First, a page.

Johnson County- Franklin (1881-)

Johnson 1
The 1881 Johnson County Courthouse in Franklin. 

Hoosier fourth-graders study Indiana history. While most of it’s concentrated around the state’s founding, my recollections from 2002 culminated in my textbook’s quick mention of some of the notable people our state has produced. Cole Porter was one, born in Peru. The artist Robert Indiana was another; a New Castle resident born Robert Clark in 1928. Another composer I remember being mentioned in the history book was Paul Dresser, a Sullivan native who published “On the Banks of the Wabash, Far Away,” Indiana’s state song. His younger brother Theodore Dreiser was an accomplished novelist who wrote Sister Carrie and An American Tragedy. I guess I can understand why the textbooks forgot people like Axl Rose, Mick Mars, or David Lee Roth (born in Lafayette, Huntington, and Bloomington, respectively) along with their notorious, hair metal excesses. 

Maybe their omissions have to do with time. After all, it’s been a long time since Cole Porter’s outrageous Parisian lifestyle1, Dreiser’s alcoholic burglaries of liquor stores in his youth2, and Dresser’s time at brothels and saloons that bankrupted him3. There’s really nothing bad to say about Robert Indiana aside from being reclusive in his later years4, which he was certainly entitled to do- he gets a pass. Nevertheless, the company of heroes that my fourth grade history book lionized deserve a newcomer. 

Johnson 2
The red-and-white interplay of brick and limestone gives the building a unique architectural flavor, not dissimilar from the later Gibson County Courthouse in Princeton. 

I propose that George Washington Bunting be included in the next pressing of that list of luminaries. One of Indiana’s most prolific courthouse architects, he contributed eight to our state. For the most part, his designs have stood the test of time. The Montgomery County Courthouse in Crawfordsville is his, as is Frankfort’s in Clinton County and its demolished twin in Anderson. Though it’s been decapitated several times, the Greene County Courthouse in Bloomfield was originally a Bunting design, as are the Richardson Romanesque courthouses in Liberty and Bluffton. The Johnson County Courthouse in Franklin is probably Bunting’s most freewheeling design, and it sure is interesting. Just look at it!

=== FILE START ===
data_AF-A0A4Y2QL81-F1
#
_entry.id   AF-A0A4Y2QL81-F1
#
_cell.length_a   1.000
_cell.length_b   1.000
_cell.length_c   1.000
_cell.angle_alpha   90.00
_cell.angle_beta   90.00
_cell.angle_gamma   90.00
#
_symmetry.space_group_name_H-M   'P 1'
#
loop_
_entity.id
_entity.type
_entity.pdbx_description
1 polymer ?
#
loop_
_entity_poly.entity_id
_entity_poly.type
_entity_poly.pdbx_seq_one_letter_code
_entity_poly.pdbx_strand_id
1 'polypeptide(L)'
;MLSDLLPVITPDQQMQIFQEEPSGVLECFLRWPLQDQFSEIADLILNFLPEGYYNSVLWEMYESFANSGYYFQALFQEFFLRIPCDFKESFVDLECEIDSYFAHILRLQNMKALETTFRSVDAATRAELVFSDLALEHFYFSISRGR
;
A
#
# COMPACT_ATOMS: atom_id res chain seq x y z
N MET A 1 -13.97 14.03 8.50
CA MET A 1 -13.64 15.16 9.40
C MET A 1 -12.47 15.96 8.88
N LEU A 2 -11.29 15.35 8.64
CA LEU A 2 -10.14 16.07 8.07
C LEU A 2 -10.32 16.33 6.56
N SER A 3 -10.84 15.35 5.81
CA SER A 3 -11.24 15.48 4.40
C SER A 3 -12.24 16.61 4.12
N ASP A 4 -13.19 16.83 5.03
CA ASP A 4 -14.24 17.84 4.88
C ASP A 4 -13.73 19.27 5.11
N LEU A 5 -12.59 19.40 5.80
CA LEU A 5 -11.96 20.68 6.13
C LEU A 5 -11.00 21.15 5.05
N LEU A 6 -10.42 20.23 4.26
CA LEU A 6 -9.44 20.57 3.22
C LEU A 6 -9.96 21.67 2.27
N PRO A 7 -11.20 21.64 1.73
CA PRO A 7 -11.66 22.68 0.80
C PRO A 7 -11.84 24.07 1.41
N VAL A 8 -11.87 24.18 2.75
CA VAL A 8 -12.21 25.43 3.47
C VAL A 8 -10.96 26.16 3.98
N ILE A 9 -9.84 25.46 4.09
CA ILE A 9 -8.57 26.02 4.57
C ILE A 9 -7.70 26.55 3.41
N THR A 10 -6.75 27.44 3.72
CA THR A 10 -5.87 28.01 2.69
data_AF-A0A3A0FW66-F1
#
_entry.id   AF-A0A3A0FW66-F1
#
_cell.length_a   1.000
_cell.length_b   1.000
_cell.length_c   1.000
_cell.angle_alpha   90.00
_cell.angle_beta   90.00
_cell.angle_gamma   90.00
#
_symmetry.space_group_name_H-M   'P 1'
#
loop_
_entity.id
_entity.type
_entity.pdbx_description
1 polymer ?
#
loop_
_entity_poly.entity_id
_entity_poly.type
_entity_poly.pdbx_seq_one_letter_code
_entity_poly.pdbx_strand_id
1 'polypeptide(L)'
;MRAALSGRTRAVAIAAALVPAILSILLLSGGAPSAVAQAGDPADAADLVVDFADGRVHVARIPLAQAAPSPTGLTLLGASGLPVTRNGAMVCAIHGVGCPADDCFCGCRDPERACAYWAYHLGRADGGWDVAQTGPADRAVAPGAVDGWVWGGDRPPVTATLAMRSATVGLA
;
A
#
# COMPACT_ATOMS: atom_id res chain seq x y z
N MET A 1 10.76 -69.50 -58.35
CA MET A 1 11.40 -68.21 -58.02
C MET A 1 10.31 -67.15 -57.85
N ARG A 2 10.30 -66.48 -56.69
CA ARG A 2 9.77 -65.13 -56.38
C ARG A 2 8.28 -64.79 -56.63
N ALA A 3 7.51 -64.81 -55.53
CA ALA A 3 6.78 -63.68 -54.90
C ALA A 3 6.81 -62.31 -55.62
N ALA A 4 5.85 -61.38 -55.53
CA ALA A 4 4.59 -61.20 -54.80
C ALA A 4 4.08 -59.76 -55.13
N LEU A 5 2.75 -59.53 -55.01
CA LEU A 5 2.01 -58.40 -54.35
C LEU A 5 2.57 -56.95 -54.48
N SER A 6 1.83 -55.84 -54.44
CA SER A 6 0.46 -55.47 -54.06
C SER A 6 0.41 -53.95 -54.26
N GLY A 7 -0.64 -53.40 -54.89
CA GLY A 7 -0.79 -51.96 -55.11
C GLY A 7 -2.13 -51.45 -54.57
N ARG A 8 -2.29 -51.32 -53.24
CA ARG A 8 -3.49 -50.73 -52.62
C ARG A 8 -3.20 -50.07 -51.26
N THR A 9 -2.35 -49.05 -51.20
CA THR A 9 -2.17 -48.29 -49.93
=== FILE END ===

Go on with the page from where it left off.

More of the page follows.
The Gibson County Courthouse in Princeton serves many roles, as do all of our historic courthouses. This one made its solemn use very obvious.

The courthouse Franklin is by far the town’s most prominent structure, though without it Franklin would still have an interesting skyline. Old Main -the Victorian centerpiece of tiny Franklin College- features a an 86-foot tall bell tower and observatory capped with a pyramid roof5. Coming into town on US-44 -King Street- you can’t miss it during the winter months when the leaves are off the trees. Old Sanborn maps don’t reveal the height of the courthouse there, but it’s much taller, visible from miles away. Based on Bunting’s other designs, I’d estimate that it rises to a height of 165 feet or so. That’s about eight fully-grown giraffes. Not bad- you try stacking that many giraffes on end!

Bunting managed to do it in masonry instead of African mammals, and the clock tower is tall. But despite it, the Johnson County Courthouse isn’t one where the height renders you speechless. The most striking thing about it is its eclectic nature. It seems as though Bunting slapped gobs of disparate elements onto each other, maybe for fun, and we’re all better for it! That methodology gives us quite an unusual building. One thing I’ve learned in researching and photographing all of Indiana’s courthouses is that American architects tended to take, for lack of a better term, an exuberant approach towards redefining European standards. That approach didn’t always make sense, but it sure made for some interesting courthouses. Here, Bunting combined Neoclassical elements like pediments, modillons, and columns with Beaux Arts details like its excessive ornamentation, monumental stairways, and symmetry. And though they’re not really mansard roofs, the building’s four corner turrets certainly imply a Second-Empire influence. If America is a melting pot and Indiana is the crossroads of it, Johnson County has got quite an interesting gumbo, thanks to Chef Bunting. Just look at the contrasting brick and limestone.